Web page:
I just got back from Rabin Square, from what I have to call a disappointing and sad night. This is the fourth year in a row that I attended a memorial to Rabin. There is no question that this was the biggest crowds, no doubt a result of the fact that President Clinton was the main speaker. I had spent a great deal of time this week thinking about my retrospective article on Rabin for Newsweek. They decided to call it The Hope that Died with Rabin a title that I think was very accurate. I am sorry to say that no one tonight managed to say what I think I wrote. Clinton came closest of the speakers, and not by coincidence he was closer to Rabin then any of the other speakers, other than of course his family members who spoke briefly. President Obama also spoke via a prerecorded video and he too was excellent.
I am not sure what it means when the most forceful and best speakers memorializing an Israeli Prime Minister are Americans, but it can’t be good for us. Part of the problem as tried to convey in my Newsweek article is the attempt to make the killing of Rabin into a lesson on tolerance. But it is not. It was the successful action of the right to stop the peace process. It’s not clear if it was going to succeed, but having Netanyahu our Prime Minister a great deal of the time since the assassination cannot have been good for the chances of peace. Having the event sponsored by the Youth movement that required unanimity is certainly problematic. The fact that Bnei Akiva and Beitar could block Shimon Peres from speaking at the memorial is very problematic to say the least. No one was able to say what is most clear- Rabin believed we needed hope and believed in hope- Netanyahu believes only in fear.
A final point that I have told before- but I can’t help but repeat. I had the honor of sharing the stage with Rabin, one evening at of all places the amphitheater on Mt Scopus the same place he spoke after the Six Day War. A much more personal accounter took place with Leah Rabin, I was in the army a lone soldier and one Friday afternoon the phone rings, and on the line was Leah Rabin the Prime Minister wife. She had met my Mother at Bond Breakfast in the US and just called to give me my Mom’s regards, and ask how I was doing.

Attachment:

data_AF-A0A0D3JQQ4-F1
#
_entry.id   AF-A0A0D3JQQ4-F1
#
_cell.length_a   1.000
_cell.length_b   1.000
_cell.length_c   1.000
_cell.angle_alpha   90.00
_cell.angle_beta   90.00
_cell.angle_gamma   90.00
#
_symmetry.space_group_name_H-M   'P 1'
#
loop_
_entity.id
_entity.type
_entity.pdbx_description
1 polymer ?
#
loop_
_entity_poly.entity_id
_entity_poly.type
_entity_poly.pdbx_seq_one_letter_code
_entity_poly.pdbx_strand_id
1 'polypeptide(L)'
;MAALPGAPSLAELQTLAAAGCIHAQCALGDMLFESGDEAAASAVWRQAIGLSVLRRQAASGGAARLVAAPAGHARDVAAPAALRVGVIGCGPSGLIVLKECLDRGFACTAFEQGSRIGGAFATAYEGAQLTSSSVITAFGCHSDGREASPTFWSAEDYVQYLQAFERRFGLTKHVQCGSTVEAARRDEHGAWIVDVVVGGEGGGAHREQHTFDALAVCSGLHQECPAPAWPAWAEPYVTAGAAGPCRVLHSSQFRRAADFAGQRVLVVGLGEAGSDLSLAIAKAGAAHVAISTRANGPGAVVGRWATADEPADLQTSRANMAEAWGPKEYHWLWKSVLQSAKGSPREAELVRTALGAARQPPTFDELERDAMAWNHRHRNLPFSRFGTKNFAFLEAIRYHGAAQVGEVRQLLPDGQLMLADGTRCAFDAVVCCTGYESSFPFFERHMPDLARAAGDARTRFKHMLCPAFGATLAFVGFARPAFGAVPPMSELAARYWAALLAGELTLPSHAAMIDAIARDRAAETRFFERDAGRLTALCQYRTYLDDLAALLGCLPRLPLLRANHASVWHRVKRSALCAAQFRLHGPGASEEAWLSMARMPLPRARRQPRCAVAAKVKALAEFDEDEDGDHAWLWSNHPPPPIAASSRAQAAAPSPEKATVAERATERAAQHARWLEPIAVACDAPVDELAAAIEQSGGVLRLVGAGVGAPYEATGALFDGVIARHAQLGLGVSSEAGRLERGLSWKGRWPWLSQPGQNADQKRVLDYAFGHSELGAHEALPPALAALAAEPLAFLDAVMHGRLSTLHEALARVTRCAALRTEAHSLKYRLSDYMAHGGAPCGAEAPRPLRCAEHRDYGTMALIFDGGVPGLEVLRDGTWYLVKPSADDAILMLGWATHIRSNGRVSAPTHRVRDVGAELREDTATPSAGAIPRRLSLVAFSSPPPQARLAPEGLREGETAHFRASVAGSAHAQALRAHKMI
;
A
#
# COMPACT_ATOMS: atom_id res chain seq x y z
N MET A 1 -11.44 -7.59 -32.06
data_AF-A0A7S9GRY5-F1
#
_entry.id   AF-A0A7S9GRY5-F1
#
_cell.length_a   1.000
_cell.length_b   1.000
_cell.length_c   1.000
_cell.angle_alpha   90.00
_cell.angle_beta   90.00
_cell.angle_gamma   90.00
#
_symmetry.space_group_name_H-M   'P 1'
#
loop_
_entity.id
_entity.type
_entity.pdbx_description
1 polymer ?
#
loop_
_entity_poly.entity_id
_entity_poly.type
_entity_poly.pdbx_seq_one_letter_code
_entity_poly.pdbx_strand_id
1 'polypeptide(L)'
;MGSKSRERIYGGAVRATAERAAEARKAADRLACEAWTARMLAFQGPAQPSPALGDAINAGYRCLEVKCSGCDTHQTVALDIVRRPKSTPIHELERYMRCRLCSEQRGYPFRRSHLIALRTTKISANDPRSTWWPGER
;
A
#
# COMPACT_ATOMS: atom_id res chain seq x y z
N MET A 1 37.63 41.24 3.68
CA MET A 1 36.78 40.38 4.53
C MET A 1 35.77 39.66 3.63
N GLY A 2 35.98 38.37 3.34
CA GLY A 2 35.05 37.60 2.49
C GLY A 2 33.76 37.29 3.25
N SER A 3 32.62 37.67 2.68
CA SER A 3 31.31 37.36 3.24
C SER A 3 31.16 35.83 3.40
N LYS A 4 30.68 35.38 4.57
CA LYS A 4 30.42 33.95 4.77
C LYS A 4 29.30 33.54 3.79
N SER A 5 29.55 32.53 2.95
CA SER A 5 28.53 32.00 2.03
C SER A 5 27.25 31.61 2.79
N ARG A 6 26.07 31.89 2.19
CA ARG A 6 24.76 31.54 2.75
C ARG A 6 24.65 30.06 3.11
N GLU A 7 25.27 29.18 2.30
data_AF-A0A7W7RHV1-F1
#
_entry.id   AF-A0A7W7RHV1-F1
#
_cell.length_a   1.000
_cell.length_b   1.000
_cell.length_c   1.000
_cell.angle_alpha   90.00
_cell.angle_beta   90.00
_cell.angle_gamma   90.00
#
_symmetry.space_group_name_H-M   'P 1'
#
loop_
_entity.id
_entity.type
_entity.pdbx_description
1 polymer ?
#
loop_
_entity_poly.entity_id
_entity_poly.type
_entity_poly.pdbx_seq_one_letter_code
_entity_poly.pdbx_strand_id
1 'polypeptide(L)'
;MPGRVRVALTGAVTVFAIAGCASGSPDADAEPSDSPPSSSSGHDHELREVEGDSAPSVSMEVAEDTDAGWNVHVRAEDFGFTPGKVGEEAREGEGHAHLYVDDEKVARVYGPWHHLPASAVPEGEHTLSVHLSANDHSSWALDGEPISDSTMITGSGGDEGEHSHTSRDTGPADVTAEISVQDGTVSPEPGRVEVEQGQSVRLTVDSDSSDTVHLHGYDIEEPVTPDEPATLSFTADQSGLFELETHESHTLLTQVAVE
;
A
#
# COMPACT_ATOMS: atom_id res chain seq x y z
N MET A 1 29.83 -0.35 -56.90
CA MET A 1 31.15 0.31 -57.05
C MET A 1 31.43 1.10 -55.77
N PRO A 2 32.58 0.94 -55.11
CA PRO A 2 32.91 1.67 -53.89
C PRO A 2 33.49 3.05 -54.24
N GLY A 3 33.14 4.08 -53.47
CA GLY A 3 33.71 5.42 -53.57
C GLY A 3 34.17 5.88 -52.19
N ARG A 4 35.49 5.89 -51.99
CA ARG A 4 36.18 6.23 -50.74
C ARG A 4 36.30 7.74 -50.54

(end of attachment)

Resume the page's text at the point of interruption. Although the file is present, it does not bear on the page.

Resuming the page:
The day is coming to an end, we just uploaded our first Apple TV app which is also our first game. It’s a Presidential election trivia game, and to get it out with all the new requirements of the Apple TV we had a family hackathon for the last few days. As a result, I have tried living in my own little world of American election history and tried to ignore the events taking place in Israel- if just a little.
Of course that really is not possible, with my phone going off every few minutes with a different notification from Asset Source, or Channel 2 news, the events around are really hard to ignore. The complete idiocy of our governmental system is hard to ignore on a day like today. After Prime Minister Netanyahu spent the last week trying to prove to the world that Israel has no intention of changing the status quo on the Temple Mount- Israel’s Deputy Foreign Minister Tzipi Hoteveli- a member of Netanyahu’s Likud party, gave an interview in which she says that she is hoping for the day that the Israeli flag flys from the Temple Mount. In any other country in the work she would have been fired on the spot, but not here.
Today is the 20th anniversary to the assassination of Prime Minister Rabin. The official governmental ceremonies took place today, and once again it was difficult to hear Bibi who was the chief inciter against Rabin speak about him. There has been some really strange revisionism going on the last year from the right wing, making the claim that the death of Rabin hurt the right, since if he had not been killed he would have stopped the Oslo process. I am working on a longer the usual article for Newsweek that will go with my coverage of the main commemoration in Saturday night, where President Bill Clinton will be speaking. I hope to examine the issue in depth, and look at how a political assassination has been depoliticized. Meanwhile it’s been raining, they say that is a good thing, it does make it harder to walk our dog who hates water!
Another week is coming to an end in Israel, the third-week violence. Yesterday that violence reached a Bet Shemesh, a city where one of my closest friends lives in. As she said to me on the phone last night- Nothing bad ever happens in Bet Shemesh, and I guess that was the point of the terrorist, similar to their attack in Raanana- we should not feel comfortable anywhere. It is certainly having an impact. If one is rational about it, it’s clearly no more dangerous in Israel then any of the big US cities before crime was brought down. Certainly as someone who spent many a year in Morningside Heights ( Upper West Side of Manhattan) I should not feel unsafe, and in reality I do not, but after getting use to the feeling of absolute safety that I have always felt in Tel Aviv, I am glad these days that most of where I go I take “Mac” our dog with us.
Yesterday evening I was in Dizengoff Center. Usually on Thursday night which is the night of the food fair, the place is teeming with people. Last night it was mostly empty. That seems to be the case throughout the country. Stores have been empty and I am sure we are going to see all too soon more signs “Store for Rent”. There have been other small changes, suddenly security guards that were there only for the show, are carrying weapons and soldiers on leave are not only carrying their weapons, but they are carrying them with magazines inserted- something that in itself can be dangerous.